A controversial but appealing, amusing, and vivacious celebration of Harlem and the Harlem Renaissance in the 1920s
No other contemporary novel received the volume and intensity of criticism and curiosity that greeted Nigger Heaven upon its publication in 1926. Carl Van Vechten's novel generated a storm of controversy because of its scandalous title and fed an insatiable hunger on the part of the reading public for material relating to the black culture of Harlem's jazz clubs, cabarets, and social events.
"The book and not the title is the thing," James Weldon Johnson insisted with regard to Nigger Heaven, and the book is indeed a nuanced and vibrant portrait of "the great black walled city" of Harlem. Opening on a scene of tawdry sensationalism, Nigger Heaven shifts decisively to a world of black middle-class respectability, defined by intellectual values, professional ambition, and an acute consciousness of class and racial identity.
Here is a Harlem where upper-class elites discuss art in well-appointed drawing rooms; rowdy and lascivious drunks spend long nights in jazz clubs and speakeasies; and politically conscious young intellectuals drink coffee and debate "the race problem" in walk-up apartments. At the center of the story, two young people--a quiet, serious librarian and a volatile aspiring writer--struggle to love each other as their dreams are slowly suffocated by racism.
This reissue is based on the seventh printing, which included poetry composed by Langston Hughes especially for the book. Kathleen Pfeiffer's astute introduction investigates the controversy surrounding the shocking title and shows how the novel functioned in its time as a site to contest racial violence. She also signals questions of racial authenticity and racial identity raised by a novel about black culture written by a white admirer of that culture.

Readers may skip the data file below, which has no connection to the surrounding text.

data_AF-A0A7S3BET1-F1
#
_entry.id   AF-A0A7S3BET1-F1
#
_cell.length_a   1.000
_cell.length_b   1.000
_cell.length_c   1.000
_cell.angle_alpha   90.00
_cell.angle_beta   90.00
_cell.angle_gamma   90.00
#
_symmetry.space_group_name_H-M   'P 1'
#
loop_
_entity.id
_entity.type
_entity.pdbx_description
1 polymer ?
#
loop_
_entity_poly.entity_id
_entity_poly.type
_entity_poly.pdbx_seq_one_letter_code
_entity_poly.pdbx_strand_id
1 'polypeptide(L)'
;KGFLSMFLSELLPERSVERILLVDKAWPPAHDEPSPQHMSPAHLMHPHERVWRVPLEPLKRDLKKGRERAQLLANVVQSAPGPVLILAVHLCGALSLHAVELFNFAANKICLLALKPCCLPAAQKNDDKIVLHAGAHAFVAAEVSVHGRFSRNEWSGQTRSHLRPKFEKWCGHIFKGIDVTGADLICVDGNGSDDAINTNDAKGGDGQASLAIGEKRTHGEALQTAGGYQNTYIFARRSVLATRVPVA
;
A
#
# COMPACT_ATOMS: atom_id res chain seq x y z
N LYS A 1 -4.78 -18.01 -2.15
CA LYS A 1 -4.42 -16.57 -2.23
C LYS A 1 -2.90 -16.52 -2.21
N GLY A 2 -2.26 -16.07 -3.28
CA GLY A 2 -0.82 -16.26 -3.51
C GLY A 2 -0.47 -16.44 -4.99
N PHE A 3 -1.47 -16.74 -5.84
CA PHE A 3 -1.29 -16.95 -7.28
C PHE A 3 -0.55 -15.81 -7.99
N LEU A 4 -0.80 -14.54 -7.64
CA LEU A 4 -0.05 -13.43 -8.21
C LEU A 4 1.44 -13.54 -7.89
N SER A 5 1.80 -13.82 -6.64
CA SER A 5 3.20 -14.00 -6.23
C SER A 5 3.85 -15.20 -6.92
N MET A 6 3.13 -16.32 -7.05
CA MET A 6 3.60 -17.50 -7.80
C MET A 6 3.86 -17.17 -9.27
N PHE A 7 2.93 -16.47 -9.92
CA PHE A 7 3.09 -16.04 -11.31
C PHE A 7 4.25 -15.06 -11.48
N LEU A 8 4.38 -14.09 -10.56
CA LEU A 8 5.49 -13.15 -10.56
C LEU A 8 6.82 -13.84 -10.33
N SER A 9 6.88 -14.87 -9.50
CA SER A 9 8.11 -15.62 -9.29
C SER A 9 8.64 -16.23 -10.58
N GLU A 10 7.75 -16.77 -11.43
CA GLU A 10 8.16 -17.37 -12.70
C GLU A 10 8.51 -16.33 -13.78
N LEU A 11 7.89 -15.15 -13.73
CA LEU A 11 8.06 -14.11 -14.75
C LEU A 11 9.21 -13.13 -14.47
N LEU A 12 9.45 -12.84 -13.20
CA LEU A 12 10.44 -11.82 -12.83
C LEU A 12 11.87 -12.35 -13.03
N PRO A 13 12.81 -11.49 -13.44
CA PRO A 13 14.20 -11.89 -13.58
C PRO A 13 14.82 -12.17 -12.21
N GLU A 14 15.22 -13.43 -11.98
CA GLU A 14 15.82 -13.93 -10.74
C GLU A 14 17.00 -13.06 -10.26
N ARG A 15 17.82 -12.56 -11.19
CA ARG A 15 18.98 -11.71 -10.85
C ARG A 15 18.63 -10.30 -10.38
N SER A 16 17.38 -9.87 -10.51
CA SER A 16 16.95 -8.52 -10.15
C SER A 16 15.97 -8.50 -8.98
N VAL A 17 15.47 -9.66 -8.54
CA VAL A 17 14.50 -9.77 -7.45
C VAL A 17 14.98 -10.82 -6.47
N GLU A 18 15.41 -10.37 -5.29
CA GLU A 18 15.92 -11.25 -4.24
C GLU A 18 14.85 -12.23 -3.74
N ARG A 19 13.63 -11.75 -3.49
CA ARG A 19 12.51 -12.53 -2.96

To order online:
To order by phone:
(800) 621-2736 (USA/Canada)
(773) 702-7000 (International)
Edited by Jennifer F. Hamer
Disability, Race, and Gender in Antebellum America
Jenifer L. Barclay
African American Women and Resistance in Nat Turner's Community
Vanessa M. Holden
Edited by Gayle Murchison
New Negro Writers, Artists, and Intellectuals, 1893-1930
Edited by Richard A. Courage and Christopher Robert Reed
Feeling Good in Contemporary Black Culture
A Study of Afro-American Narrative
Robert B. Stepto
African American Thought in the Twentieth Century
Edited by Derrick P. Alridge, Cornelius L. Bynum, and James B. Stewart
Homemade Citizenship in African American Culture
Transnationalism, Testimony, and Transmission in the African Diaspora
Myriam J. A. Chancy
Popular Black History in Postwar America
E. James West
Edited by Michael Ezra
How Black Women Transformed Citizenship in the French Empire
Annette K. Joseph-Gabriel